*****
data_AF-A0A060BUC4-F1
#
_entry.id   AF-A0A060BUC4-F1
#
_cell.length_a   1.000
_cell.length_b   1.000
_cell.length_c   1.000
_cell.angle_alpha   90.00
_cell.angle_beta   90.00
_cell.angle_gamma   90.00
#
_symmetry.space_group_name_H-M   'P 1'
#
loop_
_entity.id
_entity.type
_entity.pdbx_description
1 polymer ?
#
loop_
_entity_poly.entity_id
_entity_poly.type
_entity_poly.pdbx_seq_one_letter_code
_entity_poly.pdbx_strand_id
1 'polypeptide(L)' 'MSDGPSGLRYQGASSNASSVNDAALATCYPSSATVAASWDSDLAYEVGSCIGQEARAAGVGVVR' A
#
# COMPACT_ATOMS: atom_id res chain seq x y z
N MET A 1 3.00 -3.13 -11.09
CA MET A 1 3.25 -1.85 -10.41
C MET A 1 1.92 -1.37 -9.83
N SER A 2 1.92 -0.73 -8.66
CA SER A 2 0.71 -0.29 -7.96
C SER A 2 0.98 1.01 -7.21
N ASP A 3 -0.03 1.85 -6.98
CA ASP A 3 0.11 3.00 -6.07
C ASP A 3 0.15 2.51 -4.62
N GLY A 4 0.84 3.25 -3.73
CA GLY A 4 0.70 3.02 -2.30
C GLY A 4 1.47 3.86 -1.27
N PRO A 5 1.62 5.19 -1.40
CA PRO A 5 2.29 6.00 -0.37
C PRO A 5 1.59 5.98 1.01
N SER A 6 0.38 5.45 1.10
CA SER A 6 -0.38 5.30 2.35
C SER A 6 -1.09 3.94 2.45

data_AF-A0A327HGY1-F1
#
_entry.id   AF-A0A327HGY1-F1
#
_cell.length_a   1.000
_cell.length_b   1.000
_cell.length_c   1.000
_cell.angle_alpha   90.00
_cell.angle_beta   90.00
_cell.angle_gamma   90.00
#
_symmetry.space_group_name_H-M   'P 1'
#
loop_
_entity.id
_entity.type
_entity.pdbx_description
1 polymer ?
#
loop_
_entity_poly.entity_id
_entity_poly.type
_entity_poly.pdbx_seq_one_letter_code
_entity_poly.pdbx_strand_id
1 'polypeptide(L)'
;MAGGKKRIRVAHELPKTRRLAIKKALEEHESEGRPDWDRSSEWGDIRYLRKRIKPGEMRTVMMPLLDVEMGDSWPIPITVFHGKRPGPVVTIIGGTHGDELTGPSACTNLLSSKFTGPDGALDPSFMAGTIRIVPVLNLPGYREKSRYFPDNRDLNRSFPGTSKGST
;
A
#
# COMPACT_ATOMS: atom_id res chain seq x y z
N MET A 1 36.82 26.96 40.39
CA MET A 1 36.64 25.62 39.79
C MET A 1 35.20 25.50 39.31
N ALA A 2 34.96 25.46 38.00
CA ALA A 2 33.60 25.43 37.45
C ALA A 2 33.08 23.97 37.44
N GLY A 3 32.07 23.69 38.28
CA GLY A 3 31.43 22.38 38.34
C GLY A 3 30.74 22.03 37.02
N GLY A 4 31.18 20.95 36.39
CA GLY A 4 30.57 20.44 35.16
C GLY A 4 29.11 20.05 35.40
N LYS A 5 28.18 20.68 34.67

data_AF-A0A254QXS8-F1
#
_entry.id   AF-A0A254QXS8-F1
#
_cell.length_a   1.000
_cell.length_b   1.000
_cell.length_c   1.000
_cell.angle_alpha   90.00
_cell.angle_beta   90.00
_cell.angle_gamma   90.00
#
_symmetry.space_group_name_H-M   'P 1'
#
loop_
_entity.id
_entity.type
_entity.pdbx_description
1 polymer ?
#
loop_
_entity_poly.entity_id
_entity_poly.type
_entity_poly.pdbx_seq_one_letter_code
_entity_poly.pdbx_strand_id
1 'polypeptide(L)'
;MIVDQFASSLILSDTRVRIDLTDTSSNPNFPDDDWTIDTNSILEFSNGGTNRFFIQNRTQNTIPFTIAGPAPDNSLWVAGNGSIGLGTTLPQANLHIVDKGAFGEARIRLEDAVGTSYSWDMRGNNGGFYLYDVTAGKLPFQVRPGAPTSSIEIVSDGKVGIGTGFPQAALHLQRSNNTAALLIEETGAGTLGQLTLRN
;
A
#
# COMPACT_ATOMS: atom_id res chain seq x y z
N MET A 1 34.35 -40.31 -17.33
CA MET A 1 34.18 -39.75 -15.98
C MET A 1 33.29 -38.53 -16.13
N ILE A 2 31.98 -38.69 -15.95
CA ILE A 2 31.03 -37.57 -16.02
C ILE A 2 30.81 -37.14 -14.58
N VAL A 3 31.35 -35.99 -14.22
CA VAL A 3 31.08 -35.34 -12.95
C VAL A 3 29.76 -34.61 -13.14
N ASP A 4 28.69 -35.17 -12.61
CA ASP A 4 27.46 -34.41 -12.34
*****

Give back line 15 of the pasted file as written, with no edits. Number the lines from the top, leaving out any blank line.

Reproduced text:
_entity.id